The judgement concludes “In making this decision I have taken into account the submissions made to me about the positive changes in the mother’s life and her aspirations for the future as well as her continuing vulnerability. I realise that this decision will be a disappointment to her but she still has an important role to play in the lives of these children and can help them for many years to come.”

November 2010:

Child A is five-years-old. Her mother ‘B’ was 17 at the time of her birth and leading a chaotic lifestyle characterised by drug abuse and homelessness. Social services were involved prior to the birth and A was placed in foster care with Mr and Mrs S within two days of her birth. B had intermittent contact during 2005 but her lifestyle remained chaotic as a result of which a care order was made in 2005 with a care plan for adoption.

By that time B had formed a relationship with M who was also using drugs. As a result of that relationship she became pregnant and in February 2006 gave birth to K. M was not the father of A but in March 2006 B and M asked to be considered as a couple to care for A.

The Trust decided that a psychological assessment was necessary and this was received in November 2006. The report recognised the progress B and M had made with K but did not recommend rehabilitation with A. In December 2006 the Trust’s plan remained adoption via a freeing application. Throughout 2006 B had intermittent contact with A who remained with her foster carers.

In February 2007 B advised the Trust that she wanted A to be adopted and wanted no further contact. In March 2007 she confirmed that she wanted to consent to adoption. In May 2007 B said she did not want to consent to adoption and wanted to think about contact.

In February 2008 the Trust lodged a freeing application and Mr and Mrs S formally made an application to adopt A. The judge said: “It is worth noting that the child had by this time been parented by Mr and Mrs S for three years and more than two years had passed since the care order had been made with a care plan of freeing for adoption. This delay in dealing with the issue of permanence for this young child was completely unacceptable and potentially very harmful for the child. I expect that systems have been put in place to ensure that delays in similar cases do not occur in future.”

In late July 2009 B, who had had another child (T), requested to be reassessed as a parent for A. On 10 August 2009 she was interviewed by the Trust and said that it was only now that she felt capable and able to parent the child.

In September 2009 B contended that A should be returned to her because there had been substantial changes to B’s lifestyle, she was in a stable relationship, she believed she had matured, she was caring for two children without Trust involvement and she had a significant support network through M, M’s extended family and the local church.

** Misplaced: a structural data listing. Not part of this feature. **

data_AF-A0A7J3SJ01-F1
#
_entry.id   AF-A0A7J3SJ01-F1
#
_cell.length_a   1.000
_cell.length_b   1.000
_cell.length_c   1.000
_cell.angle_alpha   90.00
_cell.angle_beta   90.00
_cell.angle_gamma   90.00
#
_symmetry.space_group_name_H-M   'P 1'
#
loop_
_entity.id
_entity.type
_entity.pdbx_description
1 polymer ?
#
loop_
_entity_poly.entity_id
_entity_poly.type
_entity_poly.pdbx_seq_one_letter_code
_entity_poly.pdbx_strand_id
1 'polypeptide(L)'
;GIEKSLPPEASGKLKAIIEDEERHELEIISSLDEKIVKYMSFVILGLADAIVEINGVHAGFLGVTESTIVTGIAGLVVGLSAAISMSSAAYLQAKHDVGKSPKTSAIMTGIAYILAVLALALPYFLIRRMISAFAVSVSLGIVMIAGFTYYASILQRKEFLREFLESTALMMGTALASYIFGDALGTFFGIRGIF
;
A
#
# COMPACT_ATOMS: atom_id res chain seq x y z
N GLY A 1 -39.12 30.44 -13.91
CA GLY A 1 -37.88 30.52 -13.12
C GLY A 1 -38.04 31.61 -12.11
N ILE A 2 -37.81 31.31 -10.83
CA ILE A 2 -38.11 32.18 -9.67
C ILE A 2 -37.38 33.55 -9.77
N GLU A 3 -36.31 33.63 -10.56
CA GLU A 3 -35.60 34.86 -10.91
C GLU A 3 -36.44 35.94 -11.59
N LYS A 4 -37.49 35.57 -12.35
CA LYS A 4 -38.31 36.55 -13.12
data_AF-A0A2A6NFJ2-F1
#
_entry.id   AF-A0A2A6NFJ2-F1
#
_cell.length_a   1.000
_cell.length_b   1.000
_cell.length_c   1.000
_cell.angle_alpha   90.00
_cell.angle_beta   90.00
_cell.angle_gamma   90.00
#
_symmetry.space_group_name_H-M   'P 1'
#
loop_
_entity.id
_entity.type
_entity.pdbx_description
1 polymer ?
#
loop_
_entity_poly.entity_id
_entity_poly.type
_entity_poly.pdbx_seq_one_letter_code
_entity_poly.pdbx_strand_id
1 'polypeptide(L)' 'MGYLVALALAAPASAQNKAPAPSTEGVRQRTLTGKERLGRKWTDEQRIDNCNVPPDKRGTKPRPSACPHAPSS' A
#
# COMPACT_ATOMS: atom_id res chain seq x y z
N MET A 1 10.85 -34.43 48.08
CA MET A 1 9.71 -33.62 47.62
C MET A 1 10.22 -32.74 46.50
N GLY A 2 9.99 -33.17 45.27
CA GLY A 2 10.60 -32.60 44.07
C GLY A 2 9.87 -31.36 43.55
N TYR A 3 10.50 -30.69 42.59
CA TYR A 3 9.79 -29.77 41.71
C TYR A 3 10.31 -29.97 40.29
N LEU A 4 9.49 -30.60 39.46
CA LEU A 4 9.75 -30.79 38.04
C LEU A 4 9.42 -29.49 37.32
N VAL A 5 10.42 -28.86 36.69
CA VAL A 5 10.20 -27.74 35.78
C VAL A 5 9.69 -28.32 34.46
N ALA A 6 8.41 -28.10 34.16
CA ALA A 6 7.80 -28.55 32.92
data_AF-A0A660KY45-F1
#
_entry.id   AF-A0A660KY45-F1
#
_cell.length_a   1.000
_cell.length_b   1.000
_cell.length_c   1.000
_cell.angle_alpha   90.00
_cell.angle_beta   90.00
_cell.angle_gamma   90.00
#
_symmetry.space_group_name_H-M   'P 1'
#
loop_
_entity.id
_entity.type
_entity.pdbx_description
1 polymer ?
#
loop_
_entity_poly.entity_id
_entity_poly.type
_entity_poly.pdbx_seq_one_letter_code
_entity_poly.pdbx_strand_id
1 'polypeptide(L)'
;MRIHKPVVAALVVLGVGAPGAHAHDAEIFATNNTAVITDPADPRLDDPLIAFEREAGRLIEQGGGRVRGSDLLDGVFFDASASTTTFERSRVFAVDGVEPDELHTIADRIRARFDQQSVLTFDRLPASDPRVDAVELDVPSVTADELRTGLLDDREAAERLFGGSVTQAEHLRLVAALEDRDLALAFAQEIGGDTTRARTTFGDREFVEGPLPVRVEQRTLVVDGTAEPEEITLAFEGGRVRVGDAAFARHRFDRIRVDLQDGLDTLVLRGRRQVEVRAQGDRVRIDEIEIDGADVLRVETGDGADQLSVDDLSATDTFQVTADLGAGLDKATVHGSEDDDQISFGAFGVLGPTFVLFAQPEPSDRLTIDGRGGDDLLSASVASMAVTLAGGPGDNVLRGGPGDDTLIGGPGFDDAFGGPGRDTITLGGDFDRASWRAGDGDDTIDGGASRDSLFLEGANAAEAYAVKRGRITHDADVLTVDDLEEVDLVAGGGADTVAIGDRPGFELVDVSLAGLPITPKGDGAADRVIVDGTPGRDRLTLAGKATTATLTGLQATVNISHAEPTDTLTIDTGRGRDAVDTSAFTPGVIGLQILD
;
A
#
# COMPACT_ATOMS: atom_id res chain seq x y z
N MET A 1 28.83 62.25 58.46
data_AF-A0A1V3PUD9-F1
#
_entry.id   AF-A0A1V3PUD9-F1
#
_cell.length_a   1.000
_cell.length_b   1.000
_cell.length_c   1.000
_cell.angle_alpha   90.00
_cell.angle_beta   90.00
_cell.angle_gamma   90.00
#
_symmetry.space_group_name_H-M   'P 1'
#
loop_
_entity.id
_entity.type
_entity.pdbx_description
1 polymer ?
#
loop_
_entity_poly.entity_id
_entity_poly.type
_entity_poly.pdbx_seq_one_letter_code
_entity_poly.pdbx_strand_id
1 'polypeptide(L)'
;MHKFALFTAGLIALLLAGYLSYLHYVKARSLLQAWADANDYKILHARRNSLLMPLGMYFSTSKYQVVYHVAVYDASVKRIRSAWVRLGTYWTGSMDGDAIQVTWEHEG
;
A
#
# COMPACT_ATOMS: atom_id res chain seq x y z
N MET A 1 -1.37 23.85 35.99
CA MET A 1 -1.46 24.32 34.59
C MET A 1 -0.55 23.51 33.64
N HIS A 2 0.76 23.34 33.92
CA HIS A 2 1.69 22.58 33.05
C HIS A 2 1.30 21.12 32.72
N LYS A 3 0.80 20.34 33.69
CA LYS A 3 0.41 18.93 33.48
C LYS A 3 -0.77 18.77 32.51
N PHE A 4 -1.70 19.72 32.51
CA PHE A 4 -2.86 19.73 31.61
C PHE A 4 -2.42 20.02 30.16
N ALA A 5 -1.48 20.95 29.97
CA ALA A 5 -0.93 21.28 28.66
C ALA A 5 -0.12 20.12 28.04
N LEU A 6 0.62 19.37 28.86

At this point the Trust decided that it would not actively pursue a freeing order and would look at the possibility of rehabilitation. B resumed contact with A on 5 October 2009. A Parenting Capacity Assessment recognised the motivation and commitment displayed by B and M.

By July 2010 the Trust was moving towards rehabilitation as the care plan. Contact continued on a weekly basis and in October 2010 overnight contact was introduced.

B and M have made remarkable progress. They have provided a caring and loving environment for their two children and have developed excellent parenting skills. They had been sensitive to the needs of A during the period of her introduction to her birth mother and half siblings. B has shown warmth, affection and understanding during the time that she has spent with A. The family unit now have excellent support from the local community and M’s extended family. It is common case that A has much to gain from her continued relationship with this family unit. During contact A and K have enjoyed each other’s company in co-operative play.

Professor Triseliotis (an adoption expert) was of the firm view that it was not in A’s best interests to be moved from Mr and Mrs S. He considered that the child had a good, warm, stable relationship with Mr and Mrs S and was very attached to them. It was a strong relationship and any break made would be very stressful and dangerous. He said this was not a child in need of a family. She already had a family. He was surprised that the Trust had decided to support rehabilitation.

Ms Farmer had been appointed the Guardian in the original care order application. She was strongly of the view that A should be placed with B. She said it was rare that a young mother could turn her life around as B had done. She was a completely different young woman. She said she had displayed a consistency of presentation, sensitivity and gentleness and was careful to go at A’s pace. She had also developed maturity through her subsequent pregnancies. Ms Farmer was concerned about the demands of the children with complex needs that Mr and Mrs S cared for with the help of their daughter. She felt that A would benefit from having a relationship with them as pseudo grandparents but that A’s most important relationships would be with her half siblings.

The Judge said: “The decision in this case is not based on an evaluation of the parenting skills of either household. I hope that I have made it clear that I have been impressed by the warmth and commitment that each of the households has demonstrated towards this child. My paramount concern has to be the welfare of this child.

“If I were to make an order the effect of which would be to change this child’s placement I consider that I would be taking an unreasonable and unjustifiable risk with this child’s emotional stability. I recognise that the provision of long term good quality contact cannot be a substitute for the relationships which this child might attain with her birth mother and half siblings if she lived with them but the potential benefit is in my view considerably outweighed by the real risks to this child’s welfare if she is moved.

“On the basis that Mr and Mrs S now pursue an adoption application and demonstrate that they are committed to continued meaningful contact with B and her family I will in due course discharge the care order and make a residence order in their favour.”